In a season defined by Murphy’s Law, the Mariners’ inability to field a worthwhile hitting catcher ranks lower on the repair list than it would in most years. The Mariners’ collection of backstops has combined for a .246 wOBA. As faith has it, the 2005 Seattle club was the last team to have a catching staff so inept at the plate that they combined for a positional wOBA under .250. In other words, Seattle has seen this movie before.
The 2005 edition of Seattle’s finest highlighted their patent on Everlasting Gapstoppers. Miguel Olivo, Pat Borders, Yorvit Torrealba, Rene Rivera, Wiki Gonzalez, Dan Wilson, and even Miguel Ojeda contributed to the mess. This year’s group is more concise, with Adam Moore being the most responsible. Moore and Olivo actually have more in common from their awful seasons than one would suspect. Moore is older now than Olivo then, but their respective lines stack up well:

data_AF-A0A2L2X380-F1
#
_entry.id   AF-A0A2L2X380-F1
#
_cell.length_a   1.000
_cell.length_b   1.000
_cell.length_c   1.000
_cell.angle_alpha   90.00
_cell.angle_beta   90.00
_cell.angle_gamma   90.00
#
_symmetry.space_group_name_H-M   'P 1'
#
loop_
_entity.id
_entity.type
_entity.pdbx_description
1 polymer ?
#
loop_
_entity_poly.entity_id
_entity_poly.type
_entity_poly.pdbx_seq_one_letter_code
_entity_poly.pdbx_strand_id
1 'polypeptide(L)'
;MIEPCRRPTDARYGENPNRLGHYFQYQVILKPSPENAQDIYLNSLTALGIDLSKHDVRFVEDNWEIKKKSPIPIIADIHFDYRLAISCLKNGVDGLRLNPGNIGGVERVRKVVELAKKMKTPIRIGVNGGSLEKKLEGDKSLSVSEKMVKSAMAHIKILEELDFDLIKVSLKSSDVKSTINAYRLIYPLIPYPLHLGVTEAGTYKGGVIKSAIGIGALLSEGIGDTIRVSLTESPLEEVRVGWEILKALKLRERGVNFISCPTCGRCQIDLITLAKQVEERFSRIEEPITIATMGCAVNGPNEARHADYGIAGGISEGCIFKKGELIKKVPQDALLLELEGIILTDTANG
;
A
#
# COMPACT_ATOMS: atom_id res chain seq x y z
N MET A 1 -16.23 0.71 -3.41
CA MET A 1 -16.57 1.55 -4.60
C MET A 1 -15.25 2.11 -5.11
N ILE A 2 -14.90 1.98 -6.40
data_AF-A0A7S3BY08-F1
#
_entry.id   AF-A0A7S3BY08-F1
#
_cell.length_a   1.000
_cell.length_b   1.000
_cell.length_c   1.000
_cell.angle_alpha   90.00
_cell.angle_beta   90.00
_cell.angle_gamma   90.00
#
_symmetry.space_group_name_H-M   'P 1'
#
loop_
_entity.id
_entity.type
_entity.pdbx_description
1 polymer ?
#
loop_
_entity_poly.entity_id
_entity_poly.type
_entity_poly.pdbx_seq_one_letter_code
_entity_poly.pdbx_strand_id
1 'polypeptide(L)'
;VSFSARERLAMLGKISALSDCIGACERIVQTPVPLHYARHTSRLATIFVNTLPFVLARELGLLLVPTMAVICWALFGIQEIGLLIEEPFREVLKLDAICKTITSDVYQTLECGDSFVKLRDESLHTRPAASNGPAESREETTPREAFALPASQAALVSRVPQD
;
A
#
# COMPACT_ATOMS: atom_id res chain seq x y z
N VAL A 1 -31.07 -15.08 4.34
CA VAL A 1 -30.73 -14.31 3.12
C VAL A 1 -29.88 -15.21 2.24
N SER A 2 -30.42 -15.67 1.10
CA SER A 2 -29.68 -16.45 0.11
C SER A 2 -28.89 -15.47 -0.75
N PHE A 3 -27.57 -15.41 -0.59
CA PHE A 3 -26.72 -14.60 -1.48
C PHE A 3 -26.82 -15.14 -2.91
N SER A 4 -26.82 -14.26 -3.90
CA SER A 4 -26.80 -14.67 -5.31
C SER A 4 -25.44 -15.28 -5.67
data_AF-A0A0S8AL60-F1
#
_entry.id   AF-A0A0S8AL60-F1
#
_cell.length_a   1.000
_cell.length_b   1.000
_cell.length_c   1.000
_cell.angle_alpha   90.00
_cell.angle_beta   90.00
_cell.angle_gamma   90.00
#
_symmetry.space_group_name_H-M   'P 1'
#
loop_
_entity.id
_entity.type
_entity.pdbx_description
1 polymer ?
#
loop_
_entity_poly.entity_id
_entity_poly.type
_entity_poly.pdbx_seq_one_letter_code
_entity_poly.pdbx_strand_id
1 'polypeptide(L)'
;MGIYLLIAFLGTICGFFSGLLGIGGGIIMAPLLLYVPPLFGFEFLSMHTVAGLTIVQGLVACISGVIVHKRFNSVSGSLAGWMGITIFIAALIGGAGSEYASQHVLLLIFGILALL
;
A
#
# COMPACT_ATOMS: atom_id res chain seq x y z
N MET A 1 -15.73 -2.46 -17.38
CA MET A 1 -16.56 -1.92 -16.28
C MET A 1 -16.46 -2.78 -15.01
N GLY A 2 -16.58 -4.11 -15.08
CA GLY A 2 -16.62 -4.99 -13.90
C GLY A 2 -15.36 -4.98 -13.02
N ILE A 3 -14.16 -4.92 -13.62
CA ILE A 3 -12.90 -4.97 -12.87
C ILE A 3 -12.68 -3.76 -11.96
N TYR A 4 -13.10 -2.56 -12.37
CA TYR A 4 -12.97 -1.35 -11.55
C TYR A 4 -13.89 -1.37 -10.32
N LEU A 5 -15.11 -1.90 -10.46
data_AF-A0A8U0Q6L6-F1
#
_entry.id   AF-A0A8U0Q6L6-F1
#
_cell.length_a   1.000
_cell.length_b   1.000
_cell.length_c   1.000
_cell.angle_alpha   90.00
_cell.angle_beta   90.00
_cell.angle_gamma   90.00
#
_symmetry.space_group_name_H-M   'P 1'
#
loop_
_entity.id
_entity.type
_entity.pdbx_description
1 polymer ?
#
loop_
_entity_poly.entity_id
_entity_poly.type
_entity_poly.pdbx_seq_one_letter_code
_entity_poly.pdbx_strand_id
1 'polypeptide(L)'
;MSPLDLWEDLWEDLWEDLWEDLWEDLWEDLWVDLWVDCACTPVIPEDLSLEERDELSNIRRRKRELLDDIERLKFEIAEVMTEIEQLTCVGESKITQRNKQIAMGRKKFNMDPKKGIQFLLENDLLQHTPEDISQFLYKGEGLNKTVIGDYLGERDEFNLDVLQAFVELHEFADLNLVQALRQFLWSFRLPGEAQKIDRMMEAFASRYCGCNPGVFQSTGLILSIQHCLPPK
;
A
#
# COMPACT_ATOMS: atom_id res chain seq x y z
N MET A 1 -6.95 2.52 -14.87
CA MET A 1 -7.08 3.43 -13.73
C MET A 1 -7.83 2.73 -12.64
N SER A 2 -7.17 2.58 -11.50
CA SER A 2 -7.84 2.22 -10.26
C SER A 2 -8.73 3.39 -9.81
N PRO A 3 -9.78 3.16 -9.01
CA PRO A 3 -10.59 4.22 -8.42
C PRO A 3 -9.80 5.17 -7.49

Olivo (’05): .151/.172/.276
Moore (’10): .169/.199/.260
Olivo and Moore each struck out in nearly a third of their at-bats and, while Olivo walked once for every 12.5 strikeouts, Moore is walking once every 11. Don’t mistake Moore as the only contributor to the awfulness. Rob Johnson and Eliezer Alonzo both own wOBA lines below .265, and Josh Bard’s .303 shines bright in comparison.
The free agent catching market is rarely strong but the Mariners would be hard-pressed to find a downgrade. After all, their wOBA is closer to Mario Mendoza’s career mark (.231) than Paul Bako’s (.275). The M’s won’t respond like they did in 2005: by drafting Jeff Clement during the season then adding Kenji Johjima in the winter. Jack Zduriencik has shown a savvy for trades, so maybe the answer arrives from that form. Whatever happens, history suggests the 2015 Mariners’ backstops are going to be atrocious.
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